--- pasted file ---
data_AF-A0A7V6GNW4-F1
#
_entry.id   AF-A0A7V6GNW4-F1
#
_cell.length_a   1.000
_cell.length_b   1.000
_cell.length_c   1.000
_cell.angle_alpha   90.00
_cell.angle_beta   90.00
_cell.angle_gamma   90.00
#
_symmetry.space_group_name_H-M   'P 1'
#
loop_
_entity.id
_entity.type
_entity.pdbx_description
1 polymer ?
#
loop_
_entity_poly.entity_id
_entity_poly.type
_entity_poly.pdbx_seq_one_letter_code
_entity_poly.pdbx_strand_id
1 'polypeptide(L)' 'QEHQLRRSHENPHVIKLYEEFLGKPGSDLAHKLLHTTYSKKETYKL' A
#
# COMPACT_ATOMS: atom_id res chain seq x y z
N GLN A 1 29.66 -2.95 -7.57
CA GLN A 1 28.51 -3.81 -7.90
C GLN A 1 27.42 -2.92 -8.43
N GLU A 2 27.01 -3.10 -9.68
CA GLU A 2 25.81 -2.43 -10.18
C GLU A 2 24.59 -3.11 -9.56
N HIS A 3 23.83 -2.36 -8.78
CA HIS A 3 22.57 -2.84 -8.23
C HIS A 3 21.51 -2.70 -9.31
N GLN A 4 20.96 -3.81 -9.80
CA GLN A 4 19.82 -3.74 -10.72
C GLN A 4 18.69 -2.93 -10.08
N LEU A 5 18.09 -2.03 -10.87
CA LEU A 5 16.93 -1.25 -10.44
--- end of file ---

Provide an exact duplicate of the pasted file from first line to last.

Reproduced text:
data_AF-A0A7V6GNW4-F1
#
_entry.id   AF-A0A7V6GNW4-F1
#
_cell.length_a   1.000
_cell.length_b   1.000
_cell.length_c   1.000
_cell.angle_alpha   90.00
_cell.angle_beta   90.00
_cell.angle_gamma   90.00
#
_symmetry.space_group_name_H-M   'P 1'
#
loop_
_entity.id
_entity.type
_entity.pdbx_description
1 polymer ?
#
loop_
_entity_poly.entity_id
_entity_poly.type
_entity_poly.pdbx_seq_one_letter_code
_entity_poly.pdbx_strand_id
1 'polypeptide(L)' 'QEHQLRRSHENPHVIKLYEEFLGKPGSDLAHKLLHTTYSKKETYKL' A
#
# COMPACT_ATOMS: atom_id res chain seq x y z
N GLN A 1 29.66 -2.95 -7.57
CA GLN A 1 28.51 -3.81 -7.90
C GLN A 1 27.42 -2.92 -8.43
N GLU A 2 27.01 -3.10 -9.68
CA GLU A 2 25.81 -2.43 -10.18
C GLU A 2 24.59 -3.11 -9.56
N HIS A 3 23.83 -2.36 -8.78
CA HIS A 3 22.57 -2.84 -8.23
C HIS A 3 21.51 -2.70 -9.31
N GLN A 4 20.96 -3.81 -9.80
CA GLN A 4 19.82 -3.74 -10.72
C GLN A 4 18.69 -2.93 -10.08
N LEU A 5 18.09 -2.03 -10.87
CA LEU A 5 16.93 -1.25 -10.44